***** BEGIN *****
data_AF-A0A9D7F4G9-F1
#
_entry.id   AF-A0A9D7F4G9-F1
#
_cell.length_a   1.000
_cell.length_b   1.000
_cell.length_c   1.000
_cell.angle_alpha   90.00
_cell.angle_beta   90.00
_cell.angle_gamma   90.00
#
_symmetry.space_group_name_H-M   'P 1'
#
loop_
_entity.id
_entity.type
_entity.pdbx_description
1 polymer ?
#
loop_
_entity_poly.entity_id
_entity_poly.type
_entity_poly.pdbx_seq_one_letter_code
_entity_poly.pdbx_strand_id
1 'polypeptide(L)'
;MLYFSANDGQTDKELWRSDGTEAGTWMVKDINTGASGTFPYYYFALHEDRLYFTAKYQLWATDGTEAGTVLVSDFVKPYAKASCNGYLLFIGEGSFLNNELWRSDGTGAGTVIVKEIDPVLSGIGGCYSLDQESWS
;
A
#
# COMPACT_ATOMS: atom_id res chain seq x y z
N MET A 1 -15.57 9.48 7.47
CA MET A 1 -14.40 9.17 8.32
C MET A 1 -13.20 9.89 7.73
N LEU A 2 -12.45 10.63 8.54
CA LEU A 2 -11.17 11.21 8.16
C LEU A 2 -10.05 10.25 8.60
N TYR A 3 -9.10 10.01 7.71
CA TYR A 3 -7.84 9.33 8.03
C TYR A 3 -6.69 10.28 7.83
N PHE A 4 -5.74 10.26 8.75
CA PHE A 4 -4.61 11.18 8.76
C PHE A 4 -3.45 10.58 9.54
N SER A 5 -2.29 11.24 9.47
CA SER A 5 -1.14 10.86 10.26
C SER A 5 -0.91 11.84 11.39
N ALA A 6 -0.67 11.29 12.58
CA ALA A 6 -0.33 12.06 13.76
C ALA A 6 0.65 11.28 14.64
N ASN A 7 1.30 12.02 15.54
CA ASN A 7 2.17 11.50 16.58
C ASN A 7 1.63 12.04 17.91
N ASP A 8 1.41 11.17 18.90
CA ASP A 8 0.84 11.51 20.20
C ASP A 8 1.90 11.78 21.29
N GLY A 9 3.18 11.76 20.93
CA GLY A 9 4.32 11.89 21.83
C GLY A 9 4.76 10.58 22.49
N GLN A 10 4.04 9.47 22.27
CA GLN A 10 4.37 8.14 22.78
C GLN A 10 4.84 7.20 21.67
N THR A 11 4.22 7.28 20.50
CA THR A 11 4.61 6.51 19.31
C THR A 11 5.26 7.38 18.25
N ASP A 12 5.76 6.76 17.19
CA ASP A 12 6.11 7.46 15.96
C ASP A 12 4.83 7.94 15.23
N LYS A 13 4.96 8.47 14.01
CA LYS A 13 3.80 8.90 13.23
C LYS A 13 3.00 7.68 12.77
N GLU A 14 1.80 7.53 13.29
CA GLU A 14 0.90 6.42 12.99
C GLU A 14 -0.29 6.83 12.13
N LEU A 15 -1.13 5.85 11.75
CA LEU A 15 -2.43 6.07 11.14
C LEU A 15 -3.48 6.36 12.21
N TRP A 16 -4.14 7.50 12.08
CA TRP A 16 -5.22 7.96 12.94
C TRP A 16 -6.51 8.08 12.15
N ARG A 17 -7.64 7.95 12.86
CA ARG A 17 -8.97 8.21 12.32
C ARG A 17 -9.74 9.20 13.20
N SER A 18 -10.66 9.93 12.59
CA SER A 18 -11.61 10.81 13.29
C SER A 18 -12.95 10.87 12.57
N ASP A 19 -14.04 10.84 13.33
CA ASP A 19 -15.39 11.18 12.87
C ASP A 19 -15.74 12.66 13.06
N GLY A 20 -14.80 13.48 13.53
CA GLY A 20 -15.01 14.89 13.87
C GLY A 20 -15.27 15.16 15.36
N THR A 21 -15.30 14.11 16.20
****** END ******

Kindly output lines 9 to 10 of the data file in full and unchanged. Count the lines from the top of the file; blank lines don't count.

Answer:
_cell.angle_beta   90.00
_cell.angle_gamma   90.00